When it comes to the president, one phrase the White House hates to use is: "On vacation."
It conjures up an unflattering image of a chief executive with his feet up and the phone off the hook - ignoring the responsibilities of his office.
Of course, it's a myth. American presidents these days can get away from the Oval Office, but not its responsibilities. The burdens of the job follow him wherever he goes - including his ranch in central Texas.
A CBS News tally shows that President Bush is now making his 38th visit to his Prairie Chapel ranch since taking office. Add up the number of full or partial days he has been there - it comes out to 254.
That's about 20 percent of his presidency. Add in his time at Camp David and the Bush family home in Kennebunkport, Maine, and the percentage more than doubles. And the White House is self-conscious about it.
The Democratic National Committee loves to needle Mr. Bush about the time spent at his ranch.
A DNC press release this week carried the headline: "George W. Bush: Taking Vacation, Not Responsibility."
The White House regards the swipe as a cheap shot - but still avoids using the word "vacation."
Spokesman Scott McClellan prefers to describe the president's latest ranch visit as "a little bit of down time prior to the final home stretch of the campaign."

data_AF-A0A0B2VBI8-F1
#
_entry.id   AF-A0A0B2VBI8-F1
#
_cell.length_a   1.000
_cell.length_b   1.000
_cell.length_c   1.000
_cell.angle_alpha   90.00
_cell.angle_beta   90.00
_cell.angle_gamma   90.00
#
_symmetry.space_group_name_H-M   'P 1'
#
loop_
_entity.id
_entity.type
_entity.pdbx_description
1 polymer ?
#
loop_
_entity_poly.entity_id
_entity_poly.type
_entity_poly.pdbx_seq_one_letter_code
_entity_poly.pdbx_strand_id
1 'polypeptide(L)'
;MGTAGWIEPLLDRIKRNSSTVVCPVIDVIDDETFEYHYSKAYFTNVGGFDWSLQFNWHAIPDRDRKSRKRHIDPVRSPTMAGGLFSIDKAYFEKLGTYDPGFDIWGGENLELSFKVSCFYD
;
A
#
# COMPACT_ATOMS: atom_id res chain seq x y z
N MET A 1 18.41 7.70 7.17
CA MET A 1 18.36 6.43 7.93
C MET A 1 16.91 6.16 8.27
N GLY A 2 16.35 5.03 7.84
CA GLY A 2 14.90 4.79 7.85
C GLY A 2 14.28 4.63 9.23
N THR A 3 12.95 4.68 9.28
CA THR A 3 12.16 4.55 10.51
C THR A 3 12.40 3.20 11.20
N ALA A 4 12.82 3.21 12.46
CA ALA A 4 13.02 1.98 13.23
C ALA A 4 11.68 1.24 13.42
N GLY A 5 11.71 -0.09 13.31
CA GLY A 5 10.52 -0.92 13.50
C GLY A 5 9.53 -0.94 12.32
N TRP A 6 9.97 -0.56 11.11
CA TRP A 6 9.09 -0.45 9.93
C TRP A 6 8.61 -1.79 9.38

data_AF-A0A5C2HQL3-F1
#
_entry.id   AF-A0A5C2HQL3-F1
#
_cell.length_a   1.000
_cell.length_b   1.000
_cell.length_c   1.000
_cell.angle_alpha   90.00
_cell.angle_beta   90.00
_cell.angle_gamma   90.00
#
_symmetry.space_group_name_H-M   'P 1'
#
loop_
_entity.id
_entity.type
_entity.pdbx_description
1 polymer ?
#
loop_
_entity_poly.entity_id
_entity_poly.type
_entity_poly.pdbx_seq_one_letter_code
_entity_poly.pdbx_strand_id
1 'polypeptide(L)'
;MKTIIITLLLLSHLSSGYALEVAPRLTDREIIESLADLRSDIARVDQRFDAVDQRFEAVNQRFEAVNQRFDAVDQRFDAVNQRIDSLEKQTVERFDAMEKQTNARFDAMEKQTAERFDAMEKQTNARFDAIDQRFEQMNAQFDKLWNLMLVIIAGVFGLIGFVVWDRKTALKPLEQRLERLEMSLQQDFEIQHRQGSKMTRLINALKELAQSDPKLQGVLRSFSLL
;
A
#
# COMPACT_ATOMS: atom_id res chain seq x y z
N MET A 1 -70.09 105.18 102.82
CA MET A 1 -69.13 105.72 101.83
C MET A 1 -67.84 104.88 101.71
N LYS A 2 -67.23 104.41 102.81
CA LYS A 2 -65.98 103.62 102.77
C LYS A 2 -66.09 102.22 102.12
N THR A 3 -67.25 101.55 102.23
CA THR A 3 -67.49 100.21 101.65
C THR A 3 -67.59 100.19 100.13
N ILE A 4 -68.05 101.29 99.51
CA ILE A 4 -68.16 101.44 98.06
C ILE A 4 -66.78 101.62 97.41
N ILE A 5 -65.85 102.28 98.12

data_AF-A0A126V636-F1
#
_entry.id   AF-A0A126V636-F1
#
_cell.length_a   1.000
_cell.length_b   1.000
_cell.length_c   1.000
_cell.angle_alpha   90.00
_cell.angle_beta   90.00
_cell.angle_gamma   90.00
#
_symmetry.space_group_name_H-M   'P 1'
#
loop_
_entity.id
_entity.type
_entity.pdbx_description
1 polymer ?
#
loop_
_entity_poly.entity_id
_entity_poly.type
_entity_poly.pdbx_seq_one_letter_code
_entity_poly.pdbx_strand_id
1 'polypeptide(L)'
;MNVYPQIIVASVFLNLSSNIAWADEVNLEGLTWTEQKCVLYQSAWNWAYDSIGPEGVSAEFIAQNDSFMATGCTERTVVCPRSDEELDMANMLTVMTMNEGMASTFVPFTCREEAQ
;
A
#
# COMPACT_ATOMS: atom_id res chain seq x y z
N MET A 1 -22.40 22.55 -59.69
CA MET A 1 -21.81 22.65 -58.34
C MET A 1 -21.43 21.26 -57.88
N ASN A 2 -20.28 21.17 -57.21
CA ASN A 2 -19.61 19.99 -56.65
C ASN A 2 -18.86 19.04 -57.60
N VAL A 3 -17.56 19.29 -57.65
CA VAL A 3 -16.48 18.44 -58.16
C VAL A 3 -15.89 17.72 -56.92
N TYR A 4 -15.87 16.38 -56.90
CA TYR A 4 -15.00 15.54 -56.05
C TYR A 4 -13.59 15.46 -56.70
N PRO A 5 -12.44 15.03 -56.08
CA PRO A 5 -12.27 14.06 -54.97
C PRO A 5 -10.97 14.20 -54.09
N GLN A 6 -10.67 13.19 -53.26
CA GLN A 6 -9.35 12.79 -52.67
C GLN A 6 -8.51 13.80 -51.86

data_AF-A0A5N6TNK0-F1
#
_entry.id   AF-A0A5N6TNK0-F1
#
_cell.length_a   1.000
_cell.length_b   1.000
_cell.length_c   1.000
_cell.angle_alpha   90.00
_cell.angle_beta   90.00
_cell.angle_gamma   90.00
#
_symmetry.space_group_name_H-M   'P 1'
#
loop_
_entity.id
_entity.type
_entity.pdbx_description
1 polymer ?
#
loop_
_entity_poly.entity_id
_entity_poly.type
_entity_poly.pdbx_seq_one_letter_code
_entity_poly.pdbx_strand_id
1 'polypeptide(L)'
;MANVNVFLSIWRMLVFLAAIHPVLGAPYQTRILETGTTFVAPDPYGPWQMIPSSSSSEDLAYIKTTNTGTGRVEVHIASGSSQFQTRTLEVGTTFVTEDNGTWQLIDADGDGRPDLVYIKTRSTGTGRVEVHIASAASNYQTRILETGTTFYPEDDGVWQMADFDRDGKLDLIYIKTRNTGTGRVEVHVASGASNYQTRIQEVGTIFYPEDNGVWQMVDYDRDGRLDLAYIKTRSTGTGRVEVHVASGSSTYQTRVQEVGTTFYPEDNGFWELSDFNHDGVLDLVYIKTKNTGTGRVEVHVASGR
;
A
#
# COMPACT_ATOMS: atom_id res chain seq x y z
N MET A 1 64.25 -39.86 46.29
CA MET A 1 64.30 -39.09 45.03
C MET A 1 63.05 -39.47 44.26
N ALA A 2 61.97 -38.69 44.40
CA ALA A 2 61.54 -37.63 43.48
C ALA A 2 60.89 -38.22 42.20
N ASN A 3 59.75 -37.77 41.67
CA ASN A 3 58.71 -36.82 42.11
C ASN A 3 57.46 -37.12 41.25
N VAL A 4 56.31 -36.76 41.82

Despite the oppressive Texas heat in August, Mr. Bush loves to work and recreate at his ranch. He cuts wood, clears brush and has recently taken up Mountain Biking - though he took a spill a few months back at the end of a 17-mile ride on the rocky roads of his ranch.
The president will also use this visit to work on the acceptance speech he'll deliver to the Republican National Convention in two weeks.
But spokesman McClellan is quick to point out that Mr. Bush also tends to official business while at the ranch.
The White House points out that even at his ranch, the president receives a daily national security briefing - and can confer with top aides back at the White House by way of a secure video hookup.
Often top aides, including Chief of Staff Andrew Card and National Security Advisor Condoleezza Rice join Mr. Bush at his ranch.
Mr Bush also conducts diplomacy at Prairie Chapel - and since taking office -has hosted 11 foreign leaders there. Just last week, he expressed his gratitude for the political support of Sen. John McCain, by having him spend the night at the ranch.
Though its definitely worth noting how much time Mr Bush spends at his ranch - it's unfair to say it's all vacation. It's certainly a vacation atmosphere - and gives him the chance to do things he cannot do at the White House, such as drive his pickup truck.
In every administration the question is raised: does the president take too much vacation? But would the nation be better off if he took less?
And doesn't the president need to recharge his batteries like anybody else?
It's not the amount of George Bush's vacation time that John Kerry is running against. Or the president's work habits. It's his decisions and policies.
The vacation issue is a sideshow - usually reserved for slow news days.